Charlotte presented with Google eCities Award
Charlotte’s small businesses are among the best in the nation when it comes to using the Web to find new customers, connect with clients and power the city’s economy.
So says Internet search giant Google, which has included the Queen City as one of 50 winners of its eCities Award.
Charlotte Mayor Jennifer Roberts and U.S. Sen. Thom Tillis, R-Huntersville, announced the city’s designation at an event Monday afternoon at Amelie’s French Bakery on North Davidson Street.
“It’s not surprising our entrepreneurs have so enthusiastically embraced the latest tools of technology,” Roberts said.
“The eCities award focuses on small businesses, which are the backbone of our economy. And I’ve been so impressed with all of our city’s small businesses, and the community that they’re building.”
Tillis, a former member of the Cornelius Board of Commissioners, noted that the town of Cornelius won the award last year.
“I want North Carolina to be the most wired state in the nation,” Tillis said. “It just adds another win to have Charlotte join other cities as an eCity.”
Amelie’s co-owner Bill Lamb noted how the bakery uses digital tools to promote word about it worldwide, including a Periscope project broadcasting kitchen production.
Google launched the eCities award in 2013. North Carolina’s previous winners are Cary and Cornelius.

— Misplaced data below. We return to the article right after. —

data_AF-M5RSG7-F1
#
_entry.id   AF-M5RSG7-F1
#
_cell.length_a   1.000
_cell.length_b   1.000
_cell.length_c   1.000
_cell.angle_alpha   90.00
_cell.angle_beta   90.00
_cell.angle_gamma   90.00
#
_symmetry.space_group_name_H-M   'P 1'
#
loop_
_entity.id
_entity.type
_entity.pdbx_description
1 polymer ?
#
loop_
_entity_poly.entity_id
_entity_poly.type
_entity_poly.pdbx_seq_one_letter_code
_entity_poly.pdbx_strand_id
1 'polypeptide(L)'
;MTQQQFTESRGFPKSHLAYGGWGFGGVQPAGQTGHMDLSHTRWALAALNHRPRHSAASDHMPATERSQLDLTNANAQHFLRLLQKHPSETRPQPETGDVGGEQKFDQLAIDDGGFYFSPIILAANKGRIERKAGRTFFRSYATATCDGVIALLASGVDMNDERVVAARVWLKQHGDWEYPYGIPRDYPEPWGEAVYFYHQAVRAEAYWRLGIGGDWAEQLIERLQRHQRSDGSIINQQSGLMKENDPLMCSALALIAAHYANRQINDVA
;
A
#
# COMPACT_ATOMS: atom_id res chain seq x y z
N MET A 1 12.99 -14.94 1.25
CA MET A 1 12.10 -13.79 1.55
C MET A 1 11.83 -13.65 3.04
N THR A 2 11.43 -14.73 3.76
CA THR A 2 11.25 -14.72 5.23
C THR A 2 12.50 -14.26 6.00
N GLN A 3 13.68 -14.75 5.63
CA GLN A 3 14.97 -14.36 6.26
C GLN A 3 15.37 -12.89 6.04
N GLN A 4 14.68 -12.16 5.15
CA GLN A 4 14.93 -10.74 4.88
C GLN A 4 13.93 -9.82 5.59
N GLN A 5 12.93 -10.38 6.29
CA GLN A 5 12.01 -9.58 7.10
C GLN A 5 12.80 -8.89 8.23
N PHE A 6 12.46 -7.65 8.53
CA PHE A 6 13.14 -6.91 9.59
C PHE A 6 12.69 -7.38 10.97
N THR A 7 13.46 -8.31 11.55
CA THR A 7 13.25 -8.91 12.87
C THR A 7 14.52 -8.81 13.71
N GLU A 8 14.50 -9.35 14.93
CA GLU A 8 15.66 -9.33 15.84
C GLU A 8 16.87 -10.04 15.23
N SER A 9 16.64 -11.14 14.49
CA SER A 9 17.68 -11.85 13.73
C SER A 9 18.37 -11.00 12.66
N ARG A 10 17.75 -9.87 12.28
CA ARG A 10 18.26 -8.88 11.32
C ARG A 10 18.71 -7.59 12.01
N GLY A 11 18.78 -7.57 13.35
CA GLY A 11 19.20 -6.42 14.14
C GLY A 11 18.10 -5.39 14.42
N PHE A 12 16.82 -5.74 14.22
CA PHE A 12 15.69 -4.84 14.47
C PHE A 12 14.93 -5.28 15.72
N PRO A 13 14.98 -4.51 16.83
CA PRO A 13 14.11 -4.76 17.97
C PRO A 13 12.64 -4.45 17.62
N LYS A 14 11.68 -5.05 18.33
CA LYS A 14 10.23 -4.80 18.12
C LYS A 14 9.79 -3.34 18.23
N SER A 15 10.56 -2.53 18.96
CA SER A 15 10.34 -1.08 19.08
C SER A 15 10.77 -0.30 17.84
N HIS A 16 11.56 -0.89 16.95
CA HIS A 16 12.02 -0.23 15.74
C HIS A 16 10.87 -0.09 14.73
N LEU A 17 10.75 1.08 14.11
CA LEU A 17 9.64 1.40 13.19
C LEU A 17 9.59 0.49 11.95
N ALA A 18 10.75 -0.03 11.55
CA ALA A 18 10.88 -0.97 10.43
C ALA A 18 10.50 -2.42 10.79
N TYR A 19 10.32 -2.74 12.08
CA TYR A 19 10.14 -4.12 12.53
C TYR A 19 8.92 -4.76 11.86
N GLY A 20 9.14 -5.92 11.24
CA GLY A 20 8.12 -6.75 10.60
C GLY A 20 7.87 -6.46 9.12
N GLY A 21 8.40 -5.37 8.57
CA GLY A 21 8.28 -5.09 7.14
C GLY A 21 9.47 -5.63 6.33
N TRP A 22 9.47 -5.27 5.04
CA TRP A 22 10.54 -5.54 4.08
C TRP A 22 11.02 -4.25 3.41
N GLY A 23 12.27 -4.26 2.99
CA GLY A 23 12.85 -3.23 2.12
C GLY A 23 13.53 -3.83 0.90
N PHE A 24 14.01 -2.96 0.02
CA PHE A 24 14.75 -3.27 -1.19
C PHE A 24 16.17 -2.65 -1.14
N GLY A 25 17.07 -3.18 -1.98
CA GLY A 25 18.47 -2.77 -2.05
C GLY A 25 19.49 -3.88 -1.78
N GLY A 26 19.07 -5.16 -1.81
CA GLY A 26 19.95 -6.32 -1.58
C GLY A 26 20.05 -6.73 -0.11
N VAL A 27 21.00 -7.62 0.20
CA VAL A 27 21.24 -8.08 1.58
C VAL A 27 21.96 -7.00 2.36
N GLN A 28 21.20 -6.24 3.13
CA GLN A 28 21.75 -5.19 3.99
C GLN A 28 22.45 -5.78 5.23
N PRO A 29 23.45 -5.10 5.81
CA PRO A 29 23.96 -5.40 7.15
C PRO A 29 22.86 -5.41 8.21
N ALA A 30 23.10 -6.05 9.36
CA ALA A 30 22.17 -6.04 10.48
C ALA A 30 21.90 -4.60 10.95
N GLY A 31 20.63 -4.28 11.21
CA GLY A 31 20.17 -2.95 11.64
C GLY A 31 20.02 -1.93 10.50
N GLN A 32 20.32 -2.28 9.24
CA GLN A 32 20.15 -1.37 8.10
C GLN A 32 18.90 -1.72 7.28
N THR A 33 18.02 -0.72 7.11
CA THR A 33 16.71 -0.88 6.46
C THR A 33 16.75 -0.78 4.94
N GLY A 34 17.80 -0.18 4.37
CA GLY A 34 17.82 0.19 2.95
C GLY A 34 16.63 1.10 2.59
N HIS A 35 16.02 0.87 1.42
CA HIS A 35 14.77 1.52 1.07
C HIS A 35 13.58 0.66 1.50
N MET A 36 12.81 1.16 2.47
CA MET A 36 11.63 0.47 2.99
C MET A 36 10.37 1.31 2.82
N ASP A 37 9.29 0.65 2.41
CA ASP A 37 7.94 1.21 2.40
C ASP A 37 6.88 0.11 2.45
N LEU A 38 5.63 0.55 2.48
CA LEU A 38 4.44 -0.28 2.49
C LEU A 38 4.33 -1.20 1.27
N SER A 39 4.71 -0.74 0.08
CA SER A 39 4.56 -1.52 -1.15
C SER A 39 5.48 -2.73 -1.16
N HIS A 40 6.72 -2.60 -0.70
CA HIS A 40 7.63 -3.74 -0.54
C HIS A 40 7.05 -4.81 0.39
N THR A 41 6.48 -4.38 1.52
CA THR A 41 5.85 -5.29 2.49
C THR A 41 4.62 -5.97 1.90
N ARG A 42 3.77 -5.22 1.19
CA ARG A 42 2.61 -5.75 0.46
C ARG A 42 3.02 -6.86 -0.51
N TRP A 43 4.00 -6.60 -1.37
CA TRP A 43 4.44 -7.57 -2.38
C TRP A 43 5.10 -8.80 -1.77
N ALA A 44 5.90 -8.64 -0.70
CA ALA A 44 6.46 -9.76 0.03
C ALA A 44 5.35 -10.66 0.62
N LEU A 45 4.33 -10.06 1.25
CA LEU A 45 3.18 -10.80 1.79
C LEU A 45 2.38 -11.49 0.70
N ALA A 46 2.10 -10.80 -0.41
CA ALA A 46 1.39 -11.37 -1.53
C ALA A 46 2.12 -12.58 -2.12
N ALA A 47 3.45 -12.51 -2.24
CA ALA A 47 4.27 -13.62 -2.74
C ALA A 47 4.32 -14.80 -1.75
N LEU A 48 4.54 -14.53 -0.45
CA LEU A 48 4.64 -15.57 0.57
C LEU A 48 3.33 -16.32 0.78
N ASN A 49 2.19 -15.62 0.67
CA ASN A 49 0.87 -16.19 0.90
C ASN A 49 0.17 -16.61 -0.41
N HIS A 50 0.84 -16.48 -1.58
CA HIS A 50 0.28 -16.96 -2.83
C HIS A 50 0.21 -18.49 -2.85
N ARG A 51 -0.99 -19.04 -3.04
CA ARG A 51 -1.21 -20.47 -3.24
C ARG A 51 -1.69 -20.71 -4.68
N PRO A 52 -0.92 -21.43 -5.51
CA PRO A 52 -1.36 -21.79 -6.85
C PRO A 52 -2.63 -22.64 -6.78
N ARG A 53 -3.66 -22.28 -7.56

This summer, the Mountain View, Calif.-based company started construction in Charlotte for Google Fiber, its high-speed Internet and television service. Google plans to lay approximately 3,200 miles of cable in the city.
Members of the Charlotte Google Fiber team were at the Amelie’s announcement, and Lilyn Hester, Southeast public affairs spokeswoman for Google, said “a lot of our Googlers come here for coffee and for meetings.”
To conduct the study, Google teamed with research firm IPSOS. Hester said they evaluated towns and cities across the U.S. – as well as 13,000 small businesses – for their use of social media. The team also looked at how businesses used websites and blogs, and how they sold goods online.
In its description of Charlotte on the award website, Google calls the city “...future focused. The Charlotte Research Institute helps the University of North Carolina collaborate with industry experts, host science festivals and create incubator-like workspaces for tech entrepreneurs.”
The Charlotte Research Institute campus, located off U.S. 29, includes the nonprofit business incubator Ventureprise, and the Energy Production and Infrastructure Center, known as EPIC, to train future engineers for the energy sector.
In a statement, Robert Wilhelm, vice chancellor for research and economic development and executive director of the Charlotte Research Institute, said it was created “to drive innovation and economic growth in the Charlotte region. The Google eCity Award recognizes the many collaborators that advance digital business in our community. UNC Charlotte will continue to be a strong partner to create, grow, and attract businesses.”